[Letux-kernel] [RFC v2] iio: input-bridge: optionally bridge iio acceleometers to create a /dev/input interface

H. Nikolaus Schaller hns at goldelico.com
Mon Apr 15 23:04:36 CEST 2019


Hi Roderick,

> Am 14.04.2019 um 18:26 schrieb Roderick Colenbrander <thunderbird2k at gmail.com>:
> 
> Hi Jonathan and Nikolaus,
> 
> I would like to jump into this discussion a bit as well. Might be
> slightly off topic or not... I'm not too familiar with the details of
> IIO, but as Sony we do report accelerometer / gyroscope data through
> /dev/input for our DualShock devices through hid-sony. This is among
> reasons done for Android, which Nikolaus showed interest in as well.

Yes, some of our devices have Replicant support which was the main trigger
to work on it.

> We are working on exposing this data through user space through
> standard Android APIs (see,
> https://android-review.googlesource.com/c/platform/hardware/libhardware/+/571762/).
> The work will likely be merged later this year and it is already used
> in some devices. Main reason it wasn't merged yet it that in our case
> we have multiple evdev devices (gamepad, touchpad, motion sensors) and
> need to tie those together for applications. Android doesn't support a
> good mechanism for that yet.
> 
> Since the IIO input work relates to our Android work as well, I will
> jump in more from the sidelines to make sure things are done in a
> consistent manner. The main concern are resolution and value ranges.

as far as I understand the Android architecture, there are two approaches.

One is to read /dev/input/event devices data like you do and the other one is
to read the data through iio. It can be roughly compared with reading and
generating raw IP packets vs. using UDP packets. Both basically contain the same
information but have different headers and APIs. And UDP uses IP internally,
so using IP directly is less abstracted and duplicates kernel code in user-space.

This is what the layered protocol stack does.
Here, I see a "protocol" stack like:

	L3: input
	L2: iio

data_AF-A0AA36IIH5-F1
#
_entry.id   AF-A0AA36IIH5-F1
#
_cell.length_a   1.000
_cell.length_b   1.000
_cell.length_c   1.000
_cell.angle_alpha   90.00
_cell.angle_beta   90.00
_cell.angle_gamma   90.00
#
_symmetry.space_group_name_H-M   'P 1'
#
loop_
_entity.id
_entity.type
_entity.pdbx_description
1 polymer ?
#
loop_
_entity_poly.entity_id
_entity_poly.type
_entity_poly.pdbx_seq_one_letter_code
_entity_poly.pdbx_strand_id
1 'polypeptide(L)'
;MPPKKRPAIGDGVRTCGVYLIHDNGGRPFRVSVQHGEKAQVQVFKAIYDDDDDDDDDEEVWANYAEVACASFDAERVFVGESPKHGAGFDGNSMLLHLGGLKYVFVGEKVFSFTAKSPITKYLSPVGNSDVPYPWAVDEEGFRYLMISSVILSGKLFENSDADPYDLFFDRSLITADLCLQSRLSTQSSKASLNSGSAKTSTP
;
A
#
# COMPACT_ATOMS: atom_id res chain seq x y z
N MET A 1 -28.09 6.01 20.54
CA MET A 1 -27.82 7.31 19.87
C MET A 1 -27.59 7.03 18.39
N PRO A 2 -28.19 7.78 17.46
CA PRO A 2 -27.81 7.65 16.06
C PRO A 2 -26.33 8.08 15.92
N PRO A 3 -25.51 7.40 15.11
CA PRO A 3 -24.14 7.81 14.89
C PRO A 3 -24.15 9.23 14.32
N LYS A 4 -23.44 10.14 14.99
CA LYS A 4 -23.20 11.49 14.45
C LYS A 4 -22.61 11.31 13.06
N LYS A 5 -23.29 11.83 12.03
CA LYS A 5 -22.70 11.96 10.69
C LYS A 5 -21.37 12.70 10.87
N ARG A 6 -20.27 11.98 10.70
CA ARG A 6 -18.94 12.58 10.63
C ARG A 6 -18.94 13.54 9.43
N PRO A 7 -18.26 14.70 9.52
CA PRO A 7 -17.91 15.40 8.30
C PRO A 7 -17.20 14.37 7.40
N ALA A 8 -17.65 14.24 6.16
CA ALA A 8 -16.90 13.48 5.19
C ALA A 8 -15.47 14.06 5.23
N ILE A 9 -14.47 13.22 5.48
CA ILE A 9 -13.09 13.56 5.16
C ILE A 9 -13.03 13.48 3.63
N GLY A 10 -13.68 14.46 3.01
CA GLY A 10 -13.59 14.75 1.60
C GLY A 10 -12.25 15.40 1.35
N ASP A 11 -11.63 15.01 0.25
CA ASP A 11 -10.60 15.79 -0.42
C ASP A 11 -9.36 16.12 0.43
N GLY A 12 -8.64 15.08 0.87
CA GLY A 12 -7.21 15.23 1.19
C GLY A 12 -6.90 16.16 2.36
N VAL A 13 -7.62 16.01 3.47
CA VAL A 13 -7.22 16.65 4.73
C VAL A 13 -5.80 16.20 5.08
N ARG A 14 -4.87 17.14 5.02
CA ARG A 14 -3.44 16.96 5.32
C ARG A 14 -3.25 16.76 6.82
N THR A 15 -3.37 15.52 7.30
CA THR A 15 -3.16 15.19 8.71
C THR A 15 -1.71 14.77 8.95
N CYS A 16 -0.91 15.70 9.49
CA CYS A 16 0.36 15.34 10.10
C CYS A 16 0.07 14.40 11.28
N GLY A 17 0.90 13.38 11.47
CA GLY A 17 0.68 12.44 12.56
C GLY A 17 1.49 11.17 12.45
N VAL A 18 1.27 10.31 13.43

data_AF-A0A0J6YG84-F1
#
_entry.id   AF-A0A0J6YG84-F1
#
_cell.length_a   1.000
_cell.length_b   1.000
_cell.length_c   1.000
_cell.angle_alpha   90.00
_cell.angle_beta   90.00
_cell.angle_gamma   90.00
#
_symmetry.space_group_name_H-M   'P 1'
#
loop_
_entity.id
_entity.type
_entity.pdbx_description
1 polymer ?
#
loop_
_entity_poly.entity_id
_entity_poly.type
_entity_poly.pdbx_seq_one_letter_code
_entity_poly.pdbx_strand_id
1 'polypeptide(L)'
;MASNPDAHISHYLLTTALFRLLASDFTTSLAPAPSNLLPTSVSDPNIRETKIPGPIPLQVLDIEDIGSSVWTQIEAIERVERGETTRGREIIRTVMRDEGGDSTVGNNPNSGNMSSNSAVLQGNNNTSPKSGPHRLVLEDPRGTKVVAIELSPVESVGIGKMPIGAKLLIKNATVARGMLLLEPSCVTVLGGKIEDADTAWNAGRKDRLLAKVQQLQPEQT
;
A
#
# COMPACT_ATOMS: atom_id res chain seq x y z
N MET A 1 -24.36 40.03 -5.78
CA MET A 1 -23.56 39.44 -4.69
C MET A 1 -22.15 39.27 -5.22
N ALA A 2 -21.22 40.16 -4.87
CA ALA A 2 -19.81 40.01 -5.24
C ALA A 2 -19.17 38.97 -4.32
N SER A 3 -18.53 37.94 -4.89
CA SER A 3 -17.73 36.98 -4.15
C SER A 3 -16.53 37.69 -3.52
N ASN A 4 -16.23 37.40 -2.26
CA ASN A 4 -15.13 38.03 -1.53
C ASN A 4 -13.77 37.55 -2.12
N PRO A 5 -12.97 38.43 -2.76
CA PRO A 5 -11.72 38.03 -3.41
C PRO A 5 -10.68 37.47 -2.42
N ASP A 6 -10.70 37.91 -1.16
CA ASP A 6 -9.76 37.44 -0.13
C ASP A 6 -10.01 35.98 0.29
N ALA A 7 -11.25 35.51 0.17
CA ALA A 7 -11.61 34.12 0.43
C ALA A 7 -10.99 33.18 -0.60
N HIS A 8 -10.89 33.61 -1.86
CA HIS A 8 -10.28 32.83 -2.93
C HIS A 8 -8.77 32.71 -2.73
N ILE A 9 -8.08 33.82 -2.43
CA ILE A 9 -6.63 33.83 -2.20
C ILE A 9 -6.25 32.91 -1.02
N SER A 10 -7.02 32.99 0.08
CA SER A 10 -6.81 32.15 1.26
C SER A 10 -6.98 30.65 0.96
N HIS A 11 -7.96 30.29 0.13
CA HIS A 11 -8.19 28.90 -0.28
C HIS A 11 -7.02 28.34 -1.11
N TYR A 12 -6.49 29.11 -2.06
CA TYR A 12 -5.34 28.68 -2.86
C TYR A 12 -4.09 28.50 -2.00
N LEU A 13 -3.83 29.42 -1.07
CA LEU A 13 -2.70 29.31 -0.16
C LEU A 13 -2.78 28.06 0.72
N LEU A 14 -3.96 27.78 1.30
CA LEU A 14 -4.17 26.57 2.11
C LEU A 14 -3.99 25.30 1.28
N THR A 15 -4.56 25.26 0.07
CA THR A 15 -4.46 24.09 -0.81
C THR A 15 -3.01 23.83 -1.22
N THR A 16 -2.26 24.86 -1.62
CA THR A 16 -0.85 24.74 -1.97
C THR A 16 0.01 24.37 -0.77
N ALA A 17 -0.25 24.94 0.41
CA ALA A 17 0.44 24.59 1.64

L1: i2c, spi, usb, hdq, ...
	L0: chips, ...

User-space could read data on every level (you could access the chips directly
through e.g. i2c) but it is easiest to use the highest level because most
transformations have already been done and run at much better performance in-kernel.
And the abstraction of implementation details from L1 to L3 is done once for all.

> 
>>> 
>>> We need to apply some scale since iio reports in (fractional) units of 1g, i.e. values
>>> of magnitude 1.
>> 
>> m/s^2 not g, but doesn't matter for the point of view of this discussion.
> 
> m/s^2 is conceptually right, but others have been using 'g' for input,
> so I would consider that the standard now. Also leaves handling of
> location on Earth to user space instead of assuming a fixed conversion
> to 9.81 m/s^2.

Yes, this is how I see it as well. "input accelerometer" has a specific
purpose. So it should use domain-specific units. While iio provides physical
data which obviously uses general physical units.

So one of the tasks of L3 driver is to scale that between the domains.

> 
>>> These are not adaequate for input events which use integers. So we must
>>> define some factor for iio_convert_raw_to_processed() to scale from raw value range
>>> to int value range. We could report raw values but this would be an improper abstraction
>>> from chip specific differences.
>> 
>> Hmm. I can see we perhaps need some mapping, but is there a concept of standard scale
>> for existing input accelerometers?  How is this done to give for other input devices
>> such as touch screens?  I'd expect to see a separation between scale, and range.
>> 
> 
> We at the time were one of the first to expose acceleration and gyro
> data through /dev/input for DualShock 4 as supported by hid-sony. We
> report acceleration in 'g' and angular velocity in 'degree / s'. We
> set the resolution to respectively '1 g' and '1 degree / s'. The range
> we set to the range of the device e.g. for DS4 -4g to +4g for
> acceleration. I need to check though what coordinate system we use,
> but I think it is right handed (gyro counter clockwise relative to
> acceleration axes).

This would be good test-case to check if the whole mount-matrix thing has
the correct coordinate orientation.

> 
> The two other drivers using INPUT_PROC_ACCELEROMETER are hid-wacom and
> hid-udraw-ps3 Wacom. Both seem to report resolution in 'g'  as well.

There is also for example drivers/input/misc/bma150.c which IMHO also
reports "g".

> 
> Thanks,
> Roderick

BR and thanks,
Nikolaus



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